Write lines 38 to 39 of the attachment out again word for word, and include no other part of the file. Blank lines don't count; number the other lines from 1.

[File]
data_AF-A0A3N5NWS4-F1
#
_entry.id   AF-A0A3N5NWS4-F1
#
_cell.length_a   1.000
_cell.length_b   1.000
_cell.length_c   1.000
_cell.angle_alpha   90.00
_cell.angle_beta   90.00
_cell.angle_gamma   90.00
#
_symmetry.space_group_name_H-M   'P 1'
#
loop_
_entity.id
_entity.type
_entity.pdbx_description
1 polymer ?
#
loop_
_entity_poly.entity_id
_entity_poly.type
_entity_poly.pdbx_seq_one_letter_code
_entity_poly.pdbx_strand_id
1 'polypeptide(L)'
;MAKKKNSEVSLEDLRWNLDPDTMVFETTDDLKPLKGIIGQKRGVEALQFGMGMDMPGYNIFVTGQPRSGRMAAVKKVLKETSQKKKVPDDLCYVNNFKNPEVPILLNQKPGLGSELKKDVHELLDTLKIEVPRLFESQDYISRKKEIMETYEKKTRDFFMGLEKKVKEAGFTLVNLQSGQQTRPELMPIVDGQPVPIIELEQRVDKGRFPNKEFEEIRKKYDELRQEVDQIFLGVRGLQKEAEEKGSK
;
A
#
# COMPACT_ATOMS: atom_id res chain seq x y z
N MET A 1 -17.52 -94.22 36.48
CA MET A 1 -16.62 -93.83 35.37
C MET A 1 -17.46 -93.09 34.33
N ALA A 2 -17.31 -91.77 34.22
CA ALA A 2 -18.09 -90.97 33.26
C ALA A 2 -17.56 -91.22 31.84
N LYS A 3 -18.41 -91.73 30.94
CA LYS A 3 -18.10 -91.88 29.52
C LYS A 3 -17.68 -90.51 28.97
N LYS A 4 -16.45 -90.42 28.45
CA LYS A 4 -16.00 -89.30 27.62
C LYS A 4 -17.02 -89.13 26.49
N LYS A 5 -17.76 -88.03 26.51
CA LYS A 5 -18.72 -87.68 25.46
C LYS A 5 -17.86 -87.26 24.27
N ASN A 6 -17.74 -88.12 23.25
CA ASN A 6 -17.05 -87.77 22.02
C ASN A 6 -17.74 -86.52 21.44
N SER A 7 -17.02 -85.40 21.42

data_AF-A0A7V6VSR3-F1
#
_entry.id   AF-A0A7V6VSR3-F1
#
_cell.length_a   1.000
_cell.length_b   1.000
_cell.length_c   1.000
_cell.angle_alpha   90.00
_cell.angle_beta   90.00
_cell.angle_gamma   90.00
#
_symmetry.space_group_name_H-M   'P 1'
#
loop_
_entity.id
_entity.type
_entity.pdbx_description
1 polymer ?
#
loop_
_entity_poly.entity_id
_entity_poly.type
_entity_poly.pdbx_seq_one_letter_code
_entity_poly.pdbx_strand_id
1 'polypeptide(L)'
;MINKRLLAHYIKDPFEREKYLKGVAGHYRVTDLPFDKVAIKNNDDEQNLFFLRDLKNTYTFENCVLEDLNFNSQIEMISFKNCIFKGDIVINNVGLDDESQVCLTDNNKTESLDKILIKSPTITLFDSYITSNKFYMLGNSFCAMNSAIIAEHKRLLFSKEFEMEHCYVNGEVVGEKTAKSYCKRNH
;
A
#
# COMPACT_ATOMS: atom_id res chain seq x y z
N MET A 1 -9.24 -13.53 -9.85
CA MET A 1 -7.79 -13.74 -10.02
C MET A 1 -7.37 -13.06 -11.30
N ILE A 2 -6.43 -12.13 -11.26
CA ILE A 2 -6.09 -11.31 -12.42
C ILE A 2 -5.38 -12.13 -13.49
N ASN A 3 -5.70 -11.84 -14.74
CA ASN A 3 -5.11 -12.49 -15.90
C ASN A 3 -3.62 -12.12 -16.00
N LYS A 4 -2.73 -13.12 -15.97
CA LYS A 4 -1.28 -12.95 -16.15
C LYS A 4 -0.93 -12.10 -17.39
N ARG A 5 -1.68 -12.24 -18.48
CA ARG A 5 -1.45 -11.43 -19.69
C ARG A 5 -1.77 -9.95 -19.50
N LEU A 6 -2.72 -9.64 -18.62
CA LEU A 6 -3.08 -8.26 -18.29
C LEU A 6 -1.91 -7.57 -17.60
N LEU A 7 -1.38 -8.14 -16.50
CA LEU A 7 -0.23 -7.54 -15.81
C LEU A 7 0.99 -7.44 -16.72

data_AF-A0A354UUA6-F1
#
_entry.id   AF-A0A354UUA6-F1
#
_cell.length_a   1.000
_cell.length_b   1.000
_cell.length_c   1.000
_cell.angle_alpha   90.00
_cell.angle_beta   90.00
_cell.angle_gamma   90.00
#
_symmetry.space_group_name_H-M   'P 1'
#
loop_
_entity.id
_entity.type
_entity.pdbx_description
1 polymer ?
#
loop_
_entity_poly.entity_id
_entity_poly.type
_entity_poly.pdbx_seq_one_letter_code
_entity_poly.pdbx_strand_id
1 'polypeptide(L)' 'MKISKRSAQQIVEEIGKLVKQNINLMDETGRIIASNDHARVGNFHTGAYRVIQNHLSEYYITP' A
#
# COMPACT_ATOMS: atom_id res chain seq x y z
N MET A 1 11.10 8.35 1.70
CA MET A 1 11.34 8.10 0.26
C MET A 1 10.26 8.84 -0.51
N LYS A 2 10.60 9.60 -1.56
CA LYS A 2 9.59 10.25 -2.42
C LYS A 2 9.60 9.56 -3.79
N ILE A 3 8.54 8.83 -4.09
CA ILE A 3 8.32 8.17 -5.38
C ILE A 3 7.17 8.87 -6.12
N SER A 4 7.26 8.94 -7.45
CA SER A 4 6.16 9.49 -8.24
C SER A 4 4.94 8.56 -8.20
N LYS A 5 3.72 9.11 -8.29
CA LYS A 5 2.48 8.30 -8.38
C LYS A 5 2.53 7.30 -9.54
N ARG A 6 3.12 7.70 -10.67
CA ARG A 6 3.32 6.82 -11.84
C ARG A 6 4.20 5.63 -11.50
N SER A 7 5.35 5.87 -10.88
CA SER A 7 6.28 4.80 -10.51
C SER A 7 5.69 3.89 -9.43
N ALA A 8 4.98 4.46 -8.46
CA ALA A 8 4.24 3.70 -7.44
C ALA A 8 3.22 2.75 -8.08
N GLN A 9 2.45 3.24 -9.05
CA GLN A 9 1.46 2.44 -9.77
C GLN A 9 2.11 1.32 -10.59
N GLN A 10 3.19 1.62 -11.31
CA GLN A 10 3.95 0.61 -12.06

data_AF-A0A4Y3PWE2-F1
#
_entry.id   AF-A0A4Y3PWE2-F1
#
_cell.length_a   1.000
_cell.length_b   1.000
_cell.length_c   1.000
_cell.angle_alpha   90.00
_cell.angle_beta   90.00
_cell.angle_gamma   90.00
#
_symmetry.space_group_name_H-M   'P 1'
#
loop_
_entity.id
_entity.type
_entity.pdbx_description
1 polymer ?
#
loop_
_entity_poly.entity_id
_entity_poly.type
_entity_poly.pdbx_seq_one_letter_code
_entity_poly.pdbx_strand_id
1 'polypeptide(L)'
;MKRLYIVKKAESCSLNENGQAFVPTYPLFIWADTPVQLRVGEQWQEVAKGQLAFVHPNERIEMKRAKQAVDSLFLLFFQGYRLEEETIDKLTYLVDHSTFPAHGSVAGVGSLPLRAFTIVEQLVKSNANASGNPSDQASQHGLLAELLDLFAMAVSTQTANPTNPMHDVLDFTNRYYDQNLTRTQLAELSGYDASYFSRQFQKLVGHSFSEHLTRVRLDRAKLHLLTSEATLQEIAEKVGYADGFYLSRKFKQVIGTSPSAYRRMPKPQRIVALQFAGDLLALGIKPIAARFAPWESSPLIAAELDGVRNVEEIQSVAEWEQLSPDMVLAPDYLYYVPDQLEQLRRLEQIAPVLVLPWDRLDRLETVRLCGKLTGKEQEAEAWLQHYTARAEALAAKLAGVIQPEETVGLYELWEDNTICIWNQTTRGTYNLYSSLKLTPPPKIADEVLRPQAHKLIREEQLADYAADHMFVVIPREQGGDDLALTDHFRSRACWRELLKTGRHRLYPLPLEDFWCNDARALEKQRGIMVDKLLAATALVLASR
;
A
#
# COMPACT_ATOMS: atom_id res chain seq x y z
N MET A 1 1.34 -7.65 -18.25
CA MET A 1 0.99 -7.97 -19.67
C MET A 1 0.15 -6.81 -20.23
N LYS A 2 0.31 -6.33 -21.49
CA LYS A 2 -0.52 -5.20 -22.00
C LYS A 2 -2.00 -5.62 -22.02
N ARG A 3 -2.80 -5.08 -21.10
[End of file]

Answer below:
CA LYS A 3 -18.10 -91.88 29.52
C LYS A 3 -17.68 -90.51 28.97